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11/11/2022 News

TotalEnergies’ response to the Greenpeace report

Download the Document (pdf - 215 KB) 

The methodology used by the authors of the Greenpeace report is, at the very least, dubious. The calculations take no account of TotalEnergies’ integration throughout the oil and gas value chains, and Greenpeace is therefore counting the emissions caused by the fuel combustion in these value chains several times. Applying the same reasoning to all the businesses that produce, transport, refine, trade and sell fossil fuels would lead to a total that is several times higher than the world’s annual CO2 emissions.

The emissions calculated by Greenpeace for TotalEnergies amount to over 8% of the planet’s greenhouse gas emissions from oil and gas (19 billion tons of CO2 in 2019, according to the IEA): it should be self-evident that this number is out of proportion to TotalEnergies’ market share of the world’s oil and gas sector (between 1.5% and 2%). 

Greenpeace criticizes the reporting of emissions for 2019 and seems to dismiss the information reported by TotalEnergies since then concerning the different Scope 3 categories. 

To report its emissions, TotalEnergies complies with the industry-specific methodologies for Oil & Gas published by Ipieca, which themselves comply with the international methodologies published in the 1998 GHG Protocol. To prevent double counting, this methodology is based on the highest volume of production or sales in the oil or gas value chain . In addition to this, all TotalEnergies’ emissions reports are reviewed by Ernst & Young.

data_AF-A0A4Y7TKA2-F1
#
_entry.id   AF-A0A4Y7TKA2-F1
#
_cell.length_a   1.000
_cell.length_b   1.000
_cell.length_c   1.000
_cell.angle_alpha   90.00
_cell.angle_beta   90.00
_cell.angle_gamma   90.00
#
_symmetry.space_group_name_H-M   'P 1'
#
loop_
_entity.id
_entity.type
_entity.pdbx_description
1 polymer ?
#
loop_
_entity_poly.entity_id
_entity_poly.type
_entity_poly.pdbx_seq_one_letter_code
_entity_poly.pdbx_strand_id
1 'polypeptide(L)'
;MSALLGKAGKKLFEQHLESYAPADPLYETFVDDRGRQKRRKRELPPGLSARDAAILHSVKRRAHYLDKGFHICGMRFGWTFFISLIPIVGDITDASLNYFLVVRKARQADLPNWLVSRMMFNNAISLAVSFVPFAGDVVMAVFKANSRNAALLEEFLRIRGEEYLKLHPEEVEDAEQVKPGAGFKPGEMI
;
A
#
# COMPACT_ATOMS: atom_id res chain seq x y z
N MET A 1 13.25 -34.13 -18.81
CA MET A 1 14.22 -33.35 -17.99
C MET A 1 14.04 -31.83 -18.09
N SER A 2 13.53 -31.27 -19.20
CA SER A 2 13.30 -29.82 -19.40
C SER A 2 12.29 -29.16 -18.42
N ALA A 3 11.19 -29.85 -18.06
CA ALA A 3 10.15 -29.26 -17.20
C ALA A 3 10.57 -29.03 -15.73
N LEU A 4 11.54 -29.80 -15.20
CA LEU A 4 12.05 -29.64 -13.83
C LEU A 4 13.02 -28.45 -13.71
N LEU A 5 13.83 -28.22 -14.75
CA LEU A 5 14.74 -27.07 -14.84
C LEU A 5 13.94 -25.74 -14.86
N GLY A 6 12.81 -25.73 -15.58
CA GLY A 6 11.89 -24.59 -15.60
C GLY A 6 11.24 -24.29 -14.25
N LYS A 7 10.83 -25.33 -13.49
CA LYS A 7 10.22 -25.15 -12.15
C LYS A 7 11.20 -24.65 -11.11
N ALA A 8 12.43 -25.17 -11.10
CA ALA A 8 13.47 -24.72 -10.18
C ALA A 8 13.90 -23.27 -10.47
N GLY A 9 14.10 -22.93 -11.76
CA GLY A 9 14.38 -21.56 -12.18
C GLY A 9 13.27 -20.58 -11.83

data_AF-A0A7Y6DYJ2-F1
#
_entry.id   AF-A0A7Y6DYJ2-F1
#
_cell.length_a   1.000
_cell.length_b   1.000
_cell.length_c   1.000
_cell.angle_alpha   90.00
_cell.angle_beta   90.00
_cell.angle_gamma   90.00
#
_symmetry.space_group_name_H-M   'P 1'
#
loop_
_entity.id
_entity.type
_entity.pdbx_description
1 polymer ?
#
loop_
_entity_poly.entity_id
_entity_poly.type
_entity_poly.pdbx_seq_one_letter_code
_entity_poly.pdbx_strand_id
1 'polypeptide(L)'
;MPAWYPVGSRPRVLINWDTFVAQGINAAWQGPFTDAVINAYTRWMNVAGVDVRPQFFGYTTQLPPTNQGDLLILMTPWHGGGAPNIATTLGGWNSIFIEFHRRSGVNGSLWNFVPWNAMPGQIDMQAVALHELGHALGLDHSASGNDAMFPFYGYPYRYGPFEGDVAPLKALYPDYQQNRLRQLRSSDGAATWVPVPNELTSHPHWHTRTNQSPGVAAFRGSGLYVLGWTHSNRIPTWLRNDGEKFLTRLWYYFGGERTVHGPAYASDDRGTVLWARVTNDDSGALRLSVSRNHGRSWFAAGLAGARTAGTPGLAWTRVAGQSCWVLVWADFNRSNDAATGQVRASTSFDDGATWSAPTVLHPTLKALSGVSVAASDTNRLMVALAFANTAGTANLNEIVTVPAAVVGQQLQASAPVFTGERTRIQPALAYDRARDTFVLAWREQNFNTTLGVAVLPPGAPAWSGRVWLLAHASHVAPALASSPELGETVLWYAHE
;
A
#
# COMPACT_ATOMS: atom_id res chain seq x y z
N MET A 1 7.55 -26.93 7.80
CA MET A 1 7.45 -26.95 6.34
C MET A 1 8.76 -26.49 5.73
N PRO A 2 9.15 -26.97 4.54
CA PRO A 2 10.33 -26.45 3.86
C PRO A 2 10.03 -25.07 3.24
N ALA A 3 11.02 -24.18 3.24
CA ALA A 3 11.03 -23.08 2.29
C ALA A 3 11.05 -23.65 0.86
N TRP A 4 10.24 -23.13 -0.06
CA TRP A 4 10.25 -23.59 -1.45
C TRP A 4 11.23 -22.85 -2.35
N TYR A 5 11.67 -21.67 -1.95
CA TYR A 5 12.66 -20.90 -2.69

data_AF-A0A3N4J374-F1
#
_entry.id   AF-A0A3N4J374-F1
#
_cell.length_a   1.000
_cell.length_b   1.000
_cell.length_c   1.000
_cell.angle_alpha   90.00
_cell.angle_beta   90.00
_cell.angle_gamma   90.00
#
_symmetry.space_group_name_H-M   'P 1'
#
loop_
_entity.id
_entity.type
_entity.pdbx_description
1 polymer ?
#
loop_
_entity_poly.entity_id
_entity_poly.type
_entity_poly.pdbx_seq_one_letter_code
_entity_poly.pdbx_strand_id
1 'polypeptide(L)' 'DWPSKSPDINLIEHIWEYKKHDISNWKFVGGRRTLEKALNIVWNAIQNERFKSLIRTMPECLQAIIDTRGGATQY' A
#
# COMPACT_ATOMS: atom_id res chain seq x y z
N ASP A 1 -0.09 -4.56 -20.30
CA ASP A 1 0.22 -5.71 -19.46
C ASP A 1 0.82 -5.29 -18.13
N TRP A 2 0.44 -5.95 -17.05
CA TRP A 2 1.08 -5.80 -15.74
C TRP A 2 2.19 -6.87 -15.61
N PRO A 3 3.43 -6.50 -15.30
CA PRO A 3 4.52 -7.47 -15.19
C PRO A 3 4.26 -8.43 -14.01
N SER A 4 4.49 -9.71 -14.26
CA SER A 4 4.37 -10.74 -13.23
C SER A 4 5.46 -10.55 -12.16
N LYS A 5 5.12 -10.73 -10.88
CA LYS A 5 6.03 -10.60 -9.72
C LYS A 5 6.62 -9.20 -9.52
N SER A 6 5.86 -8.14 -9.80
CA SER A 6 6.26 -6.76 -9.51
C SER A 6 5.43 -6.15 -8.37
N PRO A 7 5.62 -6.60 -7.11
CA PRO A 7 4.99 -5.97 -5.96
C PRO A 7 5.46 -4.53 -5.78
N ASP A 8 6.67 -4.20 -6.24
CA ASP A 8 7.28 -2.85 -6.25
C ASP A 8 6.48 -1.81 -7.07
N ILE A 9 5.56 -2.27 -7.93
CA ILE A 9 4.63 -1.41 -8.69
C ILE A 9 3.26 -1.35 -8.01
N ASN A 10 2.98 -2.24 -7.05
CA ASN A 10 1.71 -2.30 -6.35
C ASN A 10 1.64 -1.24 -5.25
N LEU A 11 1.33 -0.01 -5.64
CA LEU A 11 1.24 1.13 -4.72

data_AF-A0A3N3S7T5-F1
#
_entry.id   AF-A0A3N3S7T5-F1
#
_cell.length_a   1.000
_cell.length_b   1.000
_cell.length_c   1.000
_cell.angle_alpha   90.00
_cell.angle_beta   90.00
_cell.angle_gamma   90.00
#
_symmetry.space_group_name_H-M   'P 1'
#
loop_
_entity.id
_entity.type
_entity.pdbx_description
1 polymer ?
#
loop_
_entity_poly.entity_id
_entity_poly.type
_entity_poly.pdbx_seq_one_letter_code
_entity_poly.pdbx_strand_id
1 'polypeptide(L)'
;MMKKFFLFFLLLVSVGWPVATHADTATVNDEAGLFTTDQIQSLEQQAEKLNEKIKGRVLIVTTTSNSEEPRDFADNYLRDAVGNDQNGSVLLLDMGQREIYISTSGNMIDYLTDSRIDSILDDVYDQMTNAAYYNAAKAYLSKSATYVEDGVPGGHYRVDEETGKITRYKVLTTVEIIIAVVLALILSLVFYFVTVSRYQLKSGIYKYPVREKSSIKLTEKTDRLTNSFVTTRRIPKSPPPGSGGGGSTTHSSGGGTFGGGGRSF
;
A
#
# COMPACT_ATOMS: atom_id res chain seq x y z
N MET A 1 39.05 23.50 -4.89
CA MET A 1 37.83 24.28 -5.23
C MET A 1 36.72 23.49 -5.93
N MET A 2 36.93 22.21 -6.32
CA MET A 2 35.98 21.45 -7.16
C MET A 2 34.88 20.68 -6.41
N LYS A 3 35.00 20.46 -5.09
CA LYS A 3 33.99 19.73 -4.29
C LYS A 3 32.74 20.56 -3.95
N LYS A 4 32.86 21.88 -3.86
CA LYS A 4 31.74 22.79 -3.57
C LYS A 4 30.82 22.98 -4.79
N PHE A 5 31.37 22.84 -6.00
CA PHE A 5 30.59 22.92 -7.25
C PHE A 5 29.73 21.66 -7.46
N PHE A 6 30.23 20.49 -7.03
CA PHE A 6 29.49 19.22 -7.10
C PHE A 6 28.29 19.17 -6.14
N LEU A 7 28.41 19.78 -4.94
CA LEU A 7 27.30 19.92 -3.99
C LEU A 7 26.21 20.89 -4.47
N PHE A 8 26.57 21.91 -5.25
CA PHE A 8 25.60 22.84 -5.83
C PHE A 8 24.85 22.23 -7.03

TotalEnergies supports the development of international standards for climate reporting for the purpose of comparison and the standardization of practice and methodology. TotalEnergies was among the first to apply the recommendations of the Task Force on Climate-related Financial Disclosures (TCFD) and strives to provide the public with the fullest possible climate-related information, as was the case in 2022 when it published the first Sustainability & Climate 2022 Progress report. 

The aim of the GHG Protocol was to standardize and unify international reporting for all businesses to ensure that their reported GHG emissions were comprehensive, relevant and comparable. The GHG accounting principles and reporting ensure that the reported inventory gives a realistic, consistent and accurate view of a business’s GHG emissions.

Greenpeace gives a figure for Scope 1 emissions based on equity share of over 160 million tons CO2e in 2019, whereas the Scope 1 emissions based on equity share reported by TotalEnergies amounted to 55 million tons of CO2